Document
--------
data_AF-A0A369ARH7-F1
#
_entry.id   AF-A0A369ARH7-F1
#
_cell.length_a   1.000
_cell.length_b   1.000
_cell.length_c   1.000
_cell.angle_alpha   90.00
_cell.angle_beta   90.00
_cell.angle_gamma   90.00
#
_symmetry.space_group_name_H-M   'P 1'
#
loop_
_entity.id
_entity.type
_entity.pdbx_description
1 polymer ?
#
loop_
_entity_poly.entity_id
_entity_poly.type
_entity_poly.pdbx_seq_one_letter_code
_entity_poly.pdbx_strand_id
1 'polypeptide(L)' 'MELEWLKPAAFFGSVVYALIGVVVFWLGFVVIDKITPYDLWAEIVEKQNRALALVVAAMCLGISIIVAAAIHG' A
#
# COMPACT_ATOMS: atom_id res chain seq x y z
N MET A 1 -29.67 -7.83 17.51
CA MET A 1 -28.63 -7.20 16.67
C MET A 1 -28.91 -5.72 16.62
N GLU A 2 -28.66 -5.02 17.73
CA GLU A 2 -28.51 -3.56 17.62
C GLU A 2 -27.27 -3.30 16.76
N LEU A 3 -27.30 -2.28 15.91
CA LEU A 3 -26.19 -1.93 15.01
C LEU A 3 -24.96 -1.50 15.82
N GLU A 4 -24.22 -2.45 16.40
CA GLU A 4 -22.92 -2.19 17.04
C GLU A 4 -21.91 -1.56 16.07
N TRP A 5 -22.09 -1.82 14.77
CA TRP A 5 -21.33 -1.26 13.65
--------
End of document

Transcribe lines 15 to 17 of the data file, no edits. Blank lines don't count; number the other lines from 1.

_entity.id
_entity.type
_entity.pdbx_description